Literature Study GuidesThe Poisonwood BibleBook 5 Section 2 Parts 10 11 Summary

The Poisonwood Bible | Study Guide

Barbara Kingsolver

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The Poisonwood Bible | Book 5, Section 2 (Parts 10–11) : Exodus (What We Carried Out) | Summary



Leah Price Ngemba

It is 1981, and Leah is still in Kinshasa. Anatole is in prison again. Leah wishes they had stayed in America, although she knows it was problematic. When they were there, Leah resented how "the citizens of [her] homeland regarded [her] husband and children as primitives, or freaks." Upon arriving back in Zaire, Anatole was arrested and sent to the prison where Lumumba was killed. Leah is distraught, but cares for their three boys, and does her best to help Anatole get out early or at least get more food so he doesn't starve to death. Without him, she finds many people treat her as a foreigner because of her color, and she wishes she could find a way to be less guilty in other people's eyes, and in her own eyes. Her greatest wish, though, is to be "held by the one man on earth I know has forgiven me for it."

Rachel Price

In 1984 Rachel, Leah, and Adah have a reunion. It does not go well. Leah wants to pass the time until Anatole is released from prison, and she gets Adah to bring her a car from America. The three of them plan to drive through part of the country together, then Adah will head home and Rachel will accompany Leah to get Anatole. Rachel is constantly irritated because no one treats her with the respect and indulgence she thinks she deserves. She repeatedly insults Leah by talking dismissively about "those people" (black Africans), forgetting Leah married "one of those." Rachel wouldn't even allow Anatole to stay at her hotel, since it is a "whites only" establishment. The three of them also argue about politics. Rachel expresses several ignorant opinions, which Adah and Leah ridicule.

During the trip Leah informs the others that their father, Nathan, has reportedly died. He was viewed as a "white witch doctor." He insisted on trying to baptize more children in a different village, but the village's river was also crocodile infested, and the villagers chased him away. He retreated into a wooden tower and the villagers set it on fire. They consider the rumors about Nathan—including one about his five wives—and realize those "five wives" were in fact themselves.


This chapter represents perhaps the lowest point in Leah's adult life, as she is raising her children alone while Anatole is in prison. She is hemmed in by the guilt she feels over what white people have done to the country and how they continue to treat black people around the world. Leah remembers how people treated Anatole when they briefly lived in the United States—lecturing him about things he already knew, fascinated by his exoticism without understanding who he was as a person. They had nowhere else to go, and Anatole wanted to be in his home country. Leah's description of Anatole is heroic, even idealized. She idealized her father when she was young, and now she has another—admittedly more worthy—target for her adulation. Anatole is risking his life because he wants the Congo (or Zaire) to be a free nation—which includes freedom from Mobutu.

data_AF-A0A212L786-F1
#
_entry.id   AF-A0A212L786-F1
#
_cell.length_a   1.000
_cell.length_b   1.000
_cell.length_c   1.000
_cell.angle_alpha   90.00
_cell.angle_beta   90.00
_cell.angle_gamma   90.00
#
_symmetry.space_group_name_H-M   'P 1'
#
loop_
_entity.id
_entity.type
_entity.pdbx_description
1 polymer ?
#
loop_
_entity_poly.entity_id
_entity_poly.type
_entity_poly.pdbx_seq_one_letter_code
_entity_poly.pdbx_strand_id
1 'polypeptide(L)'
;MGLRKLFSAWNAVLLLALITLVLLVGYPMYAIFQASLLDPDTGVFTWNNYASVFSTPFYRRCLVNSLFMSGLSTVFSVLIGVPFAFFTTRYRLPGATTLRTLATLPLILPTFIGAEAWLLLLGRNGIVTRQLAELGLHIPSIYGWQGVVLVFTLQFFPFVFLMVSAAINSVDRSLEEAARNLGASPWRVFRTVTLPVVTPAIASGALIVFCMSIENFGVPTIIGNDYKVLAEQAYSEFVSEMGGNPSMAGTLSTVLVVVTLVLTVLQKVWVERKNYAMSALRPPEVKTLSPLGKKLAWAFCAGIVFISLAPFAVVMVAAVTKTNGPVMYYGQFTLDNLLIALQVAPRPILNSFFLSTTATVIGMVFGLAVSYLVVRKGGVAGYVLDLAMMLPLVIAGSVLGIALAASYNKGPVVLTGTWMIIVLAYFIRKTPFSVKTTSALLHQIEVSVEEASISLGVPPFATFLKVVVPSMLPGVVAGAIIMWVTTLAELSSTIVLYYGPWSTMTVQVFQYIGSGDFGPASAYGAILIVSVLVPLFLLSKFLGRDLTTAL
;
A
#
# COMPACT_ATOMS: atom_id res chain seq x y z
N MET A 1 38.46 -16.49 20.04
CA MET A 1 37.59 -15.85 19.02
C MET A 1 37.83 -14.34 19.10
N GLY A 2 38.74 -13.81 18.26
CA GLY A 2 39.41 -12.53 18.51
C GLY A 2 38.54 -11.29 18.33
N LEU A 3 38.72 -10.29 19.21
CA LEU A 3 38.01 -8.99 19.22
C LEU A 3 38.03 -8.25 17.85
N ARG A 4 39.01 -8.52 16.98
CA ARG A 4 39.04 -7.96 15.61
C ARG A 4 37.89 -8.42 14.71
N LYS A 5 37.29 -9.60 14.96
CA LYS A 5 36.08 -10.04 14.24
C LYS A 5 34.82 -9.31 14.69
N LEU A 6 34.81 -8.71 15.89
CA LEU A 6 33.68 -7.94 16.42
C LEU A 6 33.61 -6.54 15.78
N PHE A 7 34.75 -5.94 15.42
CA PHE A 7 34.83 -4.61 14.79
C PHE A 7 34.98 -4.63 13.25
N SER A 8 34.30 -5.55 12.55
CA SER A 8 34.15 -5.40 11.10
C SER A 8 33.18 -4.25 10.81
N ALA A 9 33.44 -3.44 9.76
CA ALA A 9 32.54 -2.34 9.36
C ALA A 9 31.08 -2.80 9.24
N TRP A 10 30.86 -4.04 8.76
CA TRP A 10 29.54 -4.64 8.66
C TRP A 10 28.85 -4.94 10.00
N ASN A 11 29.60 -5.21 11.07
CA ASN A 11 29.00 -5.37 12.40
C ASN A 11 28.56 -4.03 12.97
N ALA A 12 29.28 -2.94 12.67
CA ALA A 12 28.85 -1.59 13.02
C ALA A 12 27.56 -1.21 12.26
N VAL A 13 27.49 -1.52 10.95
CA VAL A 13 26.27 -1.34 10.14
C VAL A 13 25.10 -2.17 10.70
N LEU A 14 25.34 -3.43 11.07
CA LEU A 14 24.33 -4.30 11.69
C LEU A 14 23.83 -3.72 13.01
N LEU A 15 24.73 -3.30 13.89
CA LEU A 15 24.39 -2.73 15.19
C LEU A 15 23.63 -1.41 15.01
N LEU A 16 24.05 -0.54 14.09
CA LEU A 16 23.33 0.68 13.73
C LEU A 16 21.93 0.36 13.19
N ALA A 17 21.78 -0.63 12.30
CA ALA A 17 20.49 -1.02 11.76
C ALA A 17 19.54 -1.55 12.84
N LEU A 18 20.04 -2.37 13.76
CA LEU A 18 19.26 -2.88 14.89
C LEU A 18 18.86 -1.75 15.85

Leah's depression lays the groundwork for the next chapter, the three sisters' reunion. Without insight into Leah's struggles, it would be hard to believe she actually initiated such a plan. Rachel describes them as "night, day, and the Fourth of July," which is certainly a succinct characterization. Rachel sees the twins as being closely connected despite their differences, which inspires the "night and day" label. It is clichéd, but it expresses the bond between Leah and Adah. Rachel has no real connection to either of them, so she terms herself "the Fourth of July." It is an apt description because Rachel prefers a flashy appearance (like fireworks), and she repeatedly emphasizes her pride in being American, something neither Adah nor Leah can understand. In this chapter Rachel displays many of the less appealing characteristics often associated with Americans: lack of knowledge or interest in the rest of the world; confidence in the righteousness of American leadership; and a focus on material possessions.

Kingsolver certainly does not suggest all Americans are like this—witness Adah and Leah's far more knowledgeable and less arrogant interpretations of the same facts—but she characterizes a certain aspect of American behavior through Rachel's often garbled proclamations.

Nathan's death, interestingly, is almost an afterthought. He was such a central figure in his daughters' lives, yet they learn of his death well after the fact, and spend a limited amount of time discussing it. Leah takes his death the hardest, given her previous history with him. Rachel has made up her mind about Nathan: "He was mean as a snake. There's nothing he got that he didn't deserve." The reference to a snake is significant—it's what killed Ruth May. None of them are likely to have much sympathy for snakes.

Kingsolver dispenses with Nathan in a manner suitable for his character, who never speaks in the book. Nathan died a martyr for his beliefs—a foolish, stubborn, half-crazed martyr dying because he never tried to understand the beliefs and concerns of the people he was supposedly shepherding to Jesus.

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